by Matt Slot
Unfortunately, this leads to monolithic applications, that soak up resources like memory and disk space -- but also design and development time as well. While they are powerful, such software is bloated and pretty much requires the work of a development team.
On the other hand, not all successful software needs to be huge. In fact, most freeware and shareware products are small, focused utilities which perform mundane tasks but consume very little memory. A novice programmer can gain a lot of experience writing something small but useful, instead of diving into a large or esoteric project that he has no chance of completing.
Even experienced developers can take advantage of prototyping or lightweight development tools to create simple utilities, such as map editors or file filters. Moving rarely used features to separate applications can simplify a user interface and makes for faster bug fixes.
Finally, some tools are simply better suited to specific tasks than others. There is a reason that most UNIX text utilities are written using Perl and not C++ or Java -- Perl is very good at file and string manipulation, doing in 5 lines what may take 100 in a "high level language."
As I mentioned above, Perl is an excellent tool for managing text -- but it also provides interprocess and network communications. It has become very popular with sysadmins and webmasters, who often need quick utilities for generating reports or web pages. There are actually many text oriented tools used on UNIX systems, such as expect, awk, and shell scripts -- but Perl has certainly become the leader.
While most "serious programmers" tend to look down on BASIC as a programming language, it's also a very popular and useful tool. Visual Basic for Windows and RealBasic for the Mac OS provide simple drag-and-drop constructors for building the skeleton of a graphic user interface. It's easy to assemble a set of dialogs and document windows, then insert the logic to manage them.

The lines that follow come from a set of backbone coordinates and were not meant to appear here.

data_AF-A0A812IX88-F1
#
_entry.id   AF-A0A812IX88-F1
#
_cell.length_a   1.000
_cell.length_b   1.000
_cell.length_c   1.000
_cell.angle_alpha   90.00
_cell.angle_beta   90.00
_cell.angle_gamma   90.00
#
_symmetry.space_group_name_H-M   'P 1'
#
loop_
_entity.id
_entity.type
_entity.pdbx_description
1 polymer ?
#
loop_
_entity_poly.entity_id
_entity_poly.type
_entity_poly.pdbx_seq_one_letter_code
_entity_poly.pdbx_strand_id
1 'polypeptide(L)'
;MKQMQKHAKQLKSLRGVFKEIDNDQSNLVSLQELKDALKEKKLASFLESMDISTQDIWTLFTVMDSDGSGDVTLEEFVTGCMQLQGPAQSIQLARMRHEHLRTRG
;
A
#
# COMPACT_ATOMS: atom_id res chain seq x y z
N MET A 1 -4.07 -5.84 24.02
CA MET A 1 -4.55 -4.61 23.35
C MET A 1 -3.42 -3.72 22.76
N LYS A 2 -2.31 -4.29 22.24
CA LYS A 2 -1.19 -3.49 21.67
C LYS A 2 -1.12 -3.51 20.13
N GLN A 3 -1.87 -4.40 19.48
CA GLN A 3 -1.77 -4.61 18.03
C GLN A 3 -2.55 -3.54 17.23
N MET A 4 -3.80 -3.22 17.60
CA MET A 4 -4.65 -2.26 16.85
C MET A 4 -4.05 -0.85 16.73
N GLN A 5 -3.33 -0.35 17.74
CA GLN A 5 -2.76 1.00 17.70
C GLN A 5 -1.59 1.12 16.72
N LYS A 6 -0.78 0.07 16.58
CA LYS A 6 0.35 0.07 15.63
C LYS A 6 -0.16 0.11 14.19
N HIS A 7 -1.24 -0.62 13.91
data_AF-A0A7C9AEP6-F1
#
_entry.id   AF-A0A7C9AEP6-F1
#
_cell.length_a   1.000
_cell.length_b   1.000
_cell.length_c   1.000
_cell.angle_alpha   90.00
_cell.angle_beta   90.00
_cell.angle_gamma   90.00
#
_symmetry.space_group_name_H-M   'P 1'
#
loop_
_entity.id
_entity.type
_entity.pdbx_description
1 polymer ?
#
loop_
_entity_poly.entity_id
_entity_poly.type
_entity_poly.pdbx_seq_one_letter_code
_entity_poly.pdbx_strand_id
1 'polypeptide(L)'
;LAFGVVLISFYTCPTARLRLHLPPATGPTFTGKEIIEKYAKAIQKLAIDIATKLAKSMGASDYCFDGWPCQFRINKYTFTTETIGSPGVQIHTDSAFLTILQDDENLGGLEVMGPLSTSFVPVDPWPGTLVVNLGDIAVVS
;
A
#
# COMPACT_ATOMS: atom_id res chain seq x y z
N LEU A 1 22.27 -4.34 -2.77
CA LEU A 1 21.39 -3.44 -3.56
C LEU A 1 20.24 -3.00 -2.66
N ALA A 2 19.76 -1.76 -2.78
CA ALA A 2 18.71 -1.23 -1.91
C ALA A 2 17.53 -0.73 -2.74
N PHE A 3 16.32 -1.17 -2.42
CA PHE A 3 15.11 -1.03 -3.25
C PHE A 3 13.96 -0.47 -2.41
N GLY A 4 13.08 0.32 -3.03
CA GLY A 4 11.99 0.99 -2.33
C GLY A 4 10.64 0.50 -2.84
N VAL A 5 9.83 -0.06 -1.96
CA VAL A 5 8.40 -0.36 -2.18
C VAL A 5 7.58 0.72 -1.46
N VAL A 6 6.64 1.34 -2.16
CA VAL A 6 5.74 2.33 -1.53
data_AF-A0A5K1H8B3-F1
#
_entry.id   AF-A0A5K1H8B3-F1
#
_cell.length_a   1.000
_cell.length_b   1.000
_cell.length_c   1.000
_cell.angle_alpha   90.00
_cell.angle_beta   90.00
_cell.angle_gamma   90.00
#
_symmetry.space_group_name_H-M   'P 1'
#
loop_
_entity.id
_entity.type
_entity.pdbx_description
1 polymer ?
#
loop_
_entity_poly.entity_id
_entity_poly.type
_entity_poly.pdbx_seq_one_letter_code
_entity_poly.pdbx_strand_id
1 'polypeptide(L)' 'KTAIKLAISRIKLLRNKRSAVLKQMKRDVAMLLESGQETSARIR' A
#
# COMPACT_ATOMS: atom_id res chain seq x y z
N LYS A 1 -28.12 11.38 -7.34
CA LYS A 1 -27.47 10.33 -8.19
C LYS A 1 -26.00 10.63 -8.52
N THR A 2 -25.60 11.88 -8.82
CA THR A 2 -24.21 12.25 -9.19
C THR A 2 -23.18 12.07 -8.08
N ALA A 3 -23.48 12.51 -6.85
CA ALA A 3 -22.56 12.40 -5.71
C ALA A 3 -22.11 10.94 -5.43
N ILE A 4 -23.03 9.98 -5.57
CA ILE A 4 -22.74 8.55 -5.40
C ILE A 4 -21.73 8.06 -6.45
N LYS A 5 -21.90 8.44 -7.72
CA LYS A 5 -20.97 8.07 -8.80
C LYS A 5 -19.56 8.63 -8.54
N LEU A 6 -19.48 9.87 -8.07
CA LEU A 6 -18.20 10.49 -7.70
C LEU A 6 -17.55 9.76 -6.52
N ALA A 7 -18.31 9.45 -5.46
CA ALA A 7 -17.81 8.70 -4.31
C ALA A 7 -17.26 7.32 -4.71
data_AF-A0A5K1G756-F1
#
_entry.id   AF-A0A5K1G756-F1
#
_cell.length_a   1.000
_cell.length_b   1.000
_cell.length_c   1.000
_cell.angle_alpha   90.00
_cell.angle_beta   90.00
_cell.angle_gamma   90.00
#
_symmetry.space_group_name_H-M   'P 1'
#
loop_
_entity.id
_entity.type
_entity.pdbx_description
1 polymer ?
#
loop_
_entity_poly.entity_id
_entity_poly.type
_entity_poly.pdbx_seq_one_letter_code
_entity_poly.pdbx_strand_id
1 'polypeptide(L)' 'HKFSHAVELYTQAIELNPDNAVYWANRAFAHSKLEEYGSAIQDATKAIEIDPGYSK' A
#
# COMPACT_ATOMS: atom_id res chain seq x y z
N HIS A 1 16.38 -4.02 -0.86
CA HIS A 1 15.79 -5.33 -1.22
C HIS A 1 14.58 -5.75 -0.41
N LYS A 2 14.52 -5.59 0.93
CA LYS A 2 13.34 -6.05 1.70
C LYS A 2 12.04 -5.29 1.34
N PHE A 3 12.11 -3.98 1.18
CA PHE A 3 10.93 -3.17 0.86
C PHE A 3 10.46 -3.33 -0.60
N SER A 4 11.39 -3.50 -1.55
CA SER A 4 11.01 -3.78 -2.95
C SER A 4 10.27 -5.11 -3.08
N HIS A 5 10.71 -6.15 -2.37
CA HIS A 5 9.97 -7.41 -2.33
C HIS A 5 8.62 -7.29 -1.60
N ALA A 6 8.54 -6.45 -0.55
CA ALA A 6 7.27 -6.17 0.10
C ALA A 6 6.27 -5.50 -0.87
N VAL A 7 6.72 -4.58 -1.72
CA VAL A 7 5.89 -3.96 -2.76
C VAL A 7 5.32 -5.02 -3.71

In addition to performing common actions, BASIC software can be extended by writing custom modules to handle specific tasks (compression, encryption), interact with hardware (play sounds, network), or do time-critical work (animations, data processing).
BASIC is also a great way to prototype very complicated software, quickly designing and revising the layout and flow of documents and dialogs. Prototyping shakes out many design issues early in development, and provides a working mockup that the developers can refer to while building the "real" product.
On a related topic, component software is a great way to provide reusable services without committing to a large application. ActiveX and CORBA are very popular systems for managing modules, but even a shared library can be a powerful element when bundled with other tools.
Tools like Hypercard on the Mac OS are still used to create lightweight databases for address books and compact disc catalogs. AppleScript, in conjunction with FaceSpan, is great way to automate a complicated sequence of operations that span applications.
Finally, I don't want to forget about those monolithic applications which provide macros or other automation to capture, modify, or output document data. Microsoft Word and Excel have very complicated (and often abused) macro environments. Many relational databases can summarize entered data into reports while saving them to the server. If the data is already going through one of these tools, just use the features at hand.
Design and implement projects in moderation -- decide the core features, implement them, and send out a version. Inevitably, user feedback will indicate what features to add next, but it will also stroke your ego and make it much more likely that the product will grow and flourish.
Use the right tools for the job. Don't be afraid to make something that performs mundane tasks in a new, simpler way -- but do it efficiently. Write the first version in Perl or BASIC, establish a following and then worry about how to improve. Eventually you may move onto native C code or a full C++ framework -- but leave that worry until it's actually worth the time.
Matt Slot, Bitwise Operator